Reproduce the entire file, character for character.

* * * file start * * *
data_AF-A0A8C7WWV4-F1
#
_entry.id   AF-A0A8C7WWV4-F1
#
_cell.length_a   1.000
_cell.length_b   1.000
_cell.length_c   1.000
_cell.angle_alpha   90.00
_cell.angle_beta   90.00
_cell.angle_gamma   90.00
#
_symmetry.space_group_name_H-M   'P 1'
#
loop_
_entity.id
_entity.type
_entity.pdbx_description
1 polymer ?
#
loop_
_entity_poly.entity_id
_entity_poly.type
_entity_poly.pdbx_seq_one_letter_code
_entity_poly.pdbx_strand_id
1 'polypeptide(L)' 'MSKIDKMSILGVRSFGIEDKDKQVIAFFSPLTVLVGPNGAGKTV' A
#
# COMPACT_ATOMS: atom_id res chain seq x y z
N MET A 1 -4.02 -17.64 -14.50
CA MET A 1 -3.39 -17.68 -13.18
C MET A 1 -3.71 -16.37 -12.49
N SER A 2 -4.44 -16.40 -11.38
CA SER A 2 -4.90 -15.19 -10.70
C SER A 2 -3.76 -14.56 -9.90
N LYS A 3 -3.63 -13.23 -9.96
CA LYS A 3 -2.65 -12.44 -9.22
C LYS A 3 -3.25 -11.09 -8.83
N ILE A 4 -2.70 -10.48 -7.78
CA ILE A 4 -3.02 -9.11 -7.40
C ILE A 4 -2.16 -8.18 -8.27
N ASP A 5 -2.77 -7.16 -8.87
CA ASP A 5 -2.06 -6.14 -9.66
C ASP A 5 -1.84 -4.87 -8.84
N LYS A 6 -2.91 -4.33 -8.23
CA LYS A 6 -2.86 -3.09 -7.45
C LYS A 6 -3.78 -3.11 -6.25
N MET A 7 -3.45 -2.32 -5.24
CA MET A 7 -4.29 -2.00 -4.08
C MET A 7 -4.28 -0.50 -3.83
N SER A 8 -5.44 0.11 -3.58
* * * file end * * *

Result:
data_AF-A0A8C7WWV4-F1
#
_entry.id   AF-A0A8C7WWV4-F1
#
_cell.length_a   1.000
_cell.length_b   1.000
_cell.length_c   1.000
_cell.angle_alpha   90.00
_cell.angle_beta   90.00
_cell.angle_gamma   90.00
#
_symmetry.space_group_name_H-M   'P 1'
#
loop_
_entity.id
_entity.type
_entity.pdbx_description
1 polymer ?
#
loop_
_entity_poly.entity_id
_entity_poly.type
_entity_poly.pdbx_seq_one_letter_code
_entity_poly.pdbx_strand_id
1 'polypeptide(L)' 'MSKIDKMSILGVRSFGIEDKDKQVIAFFSPLTVLVGPNGAGKTV' A
#
# COMPACT_ATOMS: atom_id res chain seq x y z
N MET A 1 -4.02 -17.64 -14.50
CA MET A 1 -3.39 -17.68 -13.18
C MET A 1 -3.71 -16.37 -12.49
N SER A 2 -4.44 -16.40 -11.38
CA SER A 2 -4.90 -15.19 -10.70
C SER A 2 -3.76 -14.56 -9.90
N LYS A 3 -3.63 -13.23 -9.96
CA LYS A 3 -2.65 -12.44 -9.22
C LYS A 3 -3.25 -11.09 -8.83
N ILE A 4 -2.70 -10.48 -7.78
CA ILE A 4 -3.02 -9.11 -7.40
C ILE A 4 -2.16 -8.18 -8.27
N ASP A 5 -2.77 -7.16 -8.87
CA ASP A 5 -2.06 -6.14 -9.66
C ASP A 5 -1.84 -4.87 -8.84
N LYS A 6 -2.91 -4.33 -8.23
CA LYS A 6 -2.86 -3.09 -7.45
C LYS A 6 -3.78 -3.11 -6.25
N MET A 7 -3.45 -2.32 -5.24
CA MET A 7 -4.29 -2.00 -4.08
C MET A 7 -4.28 -0.50 -3.83
N SER A 8 -5.44 0.11 -3.58